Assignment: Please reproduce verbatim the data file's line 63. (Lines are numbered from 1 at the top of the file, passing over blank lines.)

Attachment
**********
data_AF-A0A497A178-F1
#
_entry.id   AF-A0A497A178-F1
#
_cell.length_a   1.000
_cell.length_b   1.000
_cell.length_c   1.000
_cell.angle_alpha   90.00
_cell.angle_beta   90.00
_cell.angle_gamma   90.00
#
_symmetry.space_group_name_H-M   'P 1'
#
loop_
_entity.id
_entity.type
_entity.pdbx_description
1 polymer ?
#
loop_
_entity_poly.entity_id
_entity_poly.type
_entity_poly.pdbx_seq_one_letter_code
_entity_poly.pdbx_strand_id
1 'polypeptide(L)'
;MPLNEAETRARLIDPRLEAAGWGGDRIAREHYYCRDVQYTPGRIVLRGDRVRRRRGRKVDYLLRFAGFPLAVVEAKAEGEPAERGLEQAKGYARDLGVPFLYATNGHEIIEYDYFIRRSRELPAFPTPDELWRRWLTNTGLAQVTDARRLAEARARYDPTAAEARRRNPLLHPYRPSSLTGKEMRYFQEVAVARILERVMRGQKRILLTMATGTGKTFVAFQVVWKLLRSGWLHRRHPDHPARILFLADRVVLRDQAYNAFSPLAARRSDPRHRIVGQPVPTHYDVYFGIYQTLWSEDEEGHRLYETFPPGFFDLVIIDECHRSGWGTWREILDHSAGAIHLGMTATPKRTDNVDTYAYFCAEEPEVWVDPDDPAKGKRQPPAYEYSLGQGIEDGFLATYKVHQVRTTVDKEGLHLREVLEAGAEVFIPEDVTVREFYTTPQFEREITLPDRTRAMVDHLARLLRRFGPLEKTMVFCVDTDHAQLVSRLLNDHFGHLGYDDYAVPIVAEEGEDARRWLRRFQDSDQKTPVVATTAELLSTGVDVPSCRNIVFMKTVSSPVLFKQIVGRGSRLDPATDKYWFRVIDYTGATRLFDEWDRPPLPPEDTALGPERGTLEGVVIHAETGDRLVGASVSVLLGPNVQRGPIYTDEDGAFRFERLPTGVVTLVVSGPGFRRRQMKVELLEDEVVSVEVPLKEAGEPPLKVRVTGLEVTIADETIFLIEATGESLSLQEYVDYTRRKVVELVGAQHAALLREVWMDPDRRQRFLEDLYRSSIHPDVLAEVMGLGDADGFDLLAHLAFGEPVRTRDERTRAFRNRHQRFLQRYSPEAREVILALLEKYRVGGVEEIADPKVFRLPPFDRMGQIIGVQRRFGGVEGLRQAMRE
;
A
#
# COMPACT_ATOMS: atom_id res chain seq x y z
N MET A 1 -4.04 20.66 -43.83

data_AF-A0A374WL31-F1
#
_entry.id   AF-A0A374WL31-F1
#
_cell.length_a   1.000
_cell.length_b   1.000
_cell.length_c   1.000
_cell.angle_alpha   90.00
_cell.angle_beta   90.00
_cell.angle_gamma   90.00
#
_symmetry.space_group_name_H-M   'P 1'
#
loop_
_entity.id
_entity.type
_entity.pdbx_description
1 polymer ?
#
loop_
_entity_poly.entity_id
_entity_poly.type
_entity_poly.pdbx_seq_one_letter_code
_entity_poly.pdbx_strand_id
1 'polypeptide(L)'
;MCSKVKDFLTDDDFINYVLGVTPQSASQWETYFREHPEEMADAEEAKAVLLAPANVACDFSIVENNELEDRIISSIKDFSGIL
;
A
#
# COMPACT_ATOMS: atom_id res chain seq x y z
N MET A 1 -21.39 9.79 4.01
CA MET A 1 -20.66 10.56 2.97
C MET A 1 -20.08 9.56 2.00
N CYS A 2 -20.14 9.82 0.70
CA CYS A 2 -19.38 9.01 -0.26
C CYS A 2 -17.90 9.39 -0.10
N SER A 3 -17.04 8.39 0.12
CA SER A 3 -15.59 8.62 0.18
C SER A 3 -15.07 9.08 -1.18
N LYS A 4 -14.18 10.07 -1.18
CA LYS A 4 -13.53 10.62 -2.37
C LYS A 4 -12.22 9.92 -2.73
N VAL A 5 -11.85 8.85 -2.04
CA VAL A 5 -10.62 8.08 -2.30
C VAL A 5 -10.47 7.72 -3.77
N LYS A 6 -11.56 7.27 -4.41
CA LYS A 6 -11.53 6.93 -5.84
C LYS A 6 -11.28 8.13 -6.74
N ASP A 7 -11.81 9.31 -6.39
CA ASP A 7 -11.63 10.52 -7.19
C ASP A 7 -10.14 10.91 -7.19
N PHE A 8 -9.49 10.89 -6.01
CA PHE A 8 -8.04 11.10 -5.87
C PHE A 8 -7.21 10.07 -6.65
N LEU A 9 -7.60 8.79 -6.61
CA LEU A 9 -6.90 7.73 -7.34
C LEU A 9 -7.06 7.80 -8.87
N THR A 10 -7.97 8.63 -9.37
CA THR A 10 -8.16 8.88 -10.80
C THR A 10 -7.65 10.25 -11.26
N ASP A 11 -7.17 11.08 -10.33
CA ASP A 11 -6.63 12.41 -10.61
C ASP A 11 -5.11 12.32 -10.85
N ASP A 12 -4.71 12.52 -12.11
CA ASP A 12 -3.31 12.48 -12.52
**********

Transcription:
CA MET A 1 -20.66 10.56 2.97